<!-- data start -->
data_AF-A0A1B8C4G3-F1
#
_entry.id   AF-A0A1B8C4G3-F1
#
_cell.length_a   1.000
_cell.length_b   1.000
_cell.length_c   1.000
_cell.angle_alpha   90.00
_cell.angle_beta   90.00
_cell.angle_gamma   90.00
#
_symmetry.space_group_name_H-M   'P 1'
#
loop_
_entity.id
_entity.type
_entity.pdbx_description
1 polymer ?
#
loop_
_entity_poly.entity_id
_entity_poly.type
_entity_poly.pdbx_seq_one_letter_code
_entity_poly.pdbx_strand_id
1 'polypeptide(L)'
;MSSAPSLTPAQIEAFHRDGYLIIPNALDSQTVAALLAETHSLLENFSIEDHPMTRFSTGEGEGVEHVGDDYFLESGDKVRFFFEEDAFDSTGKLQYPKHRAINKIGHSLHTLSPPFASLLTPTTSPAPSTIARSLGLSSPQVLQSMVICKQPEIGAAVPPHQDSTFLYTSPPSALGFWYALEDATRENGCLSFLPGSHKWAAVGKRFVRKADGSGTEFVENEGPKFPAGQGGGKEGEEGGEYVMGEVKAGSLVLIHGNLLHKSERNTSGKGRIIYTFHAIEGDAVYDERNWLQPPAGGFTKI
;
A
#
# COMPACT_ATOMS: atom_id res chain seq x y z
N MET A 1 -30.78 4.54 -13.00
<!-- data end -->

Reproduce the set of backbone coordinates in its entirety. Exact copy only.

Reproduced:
data_AF-A0A1B8C4G3-F1
#
_entry.id   AF-A0A1B8C4G3-F1
#
_cell.length_a   1.000
_cell.length_b   1.000
_cell.length_c   1.000
_cell.angle_alpha   90.00
_cell.angle_beta   90.00
_cell.angle_gamma   90.00
#
_symmetry.space_group_name_H-M   'P 1'
#
loop_
_entity.id
_entity.type
_entity.pdbx_description
1 polymer ?
#
loop_
_entity_poly.entity_id
_entity_poly.type
_entity_poly.pdbx_seq_one_letter_code
_entity_poly.pdbx_strand_id
1 'polypeptide(L)'
;MSSAPSLTPAQIEAFHRDGYLIIPNALDSQTVAALLAETHSLLENFSIEDHPMTRFSTGEGEGVEHVGDDYFLESGDKVRFFFEEDAFDSTGKLQYPKHRAINKIGHSLHTLSPPFASLLTPTTSPAPSTIARSLGLSSPQVLQSMVICKQPEIGAAVPPHQDSTFLYTSPPSALGFWYALEDATRENGCLSFLPGSHKWAAVGKRFVRKADGSGTEFVENEGPKFPAGQGGGKEGEEGGEYVMGEVKAGSLVLIHGNLLHKSERNTSGKGRIIYTFHAIEGDAVYDERNWLQPPAGGFTKI
;
A
#
# COMPACT_ATOMS: atom_id res chain seq x y z
N MET A 1 -30.78 4.54 -13.00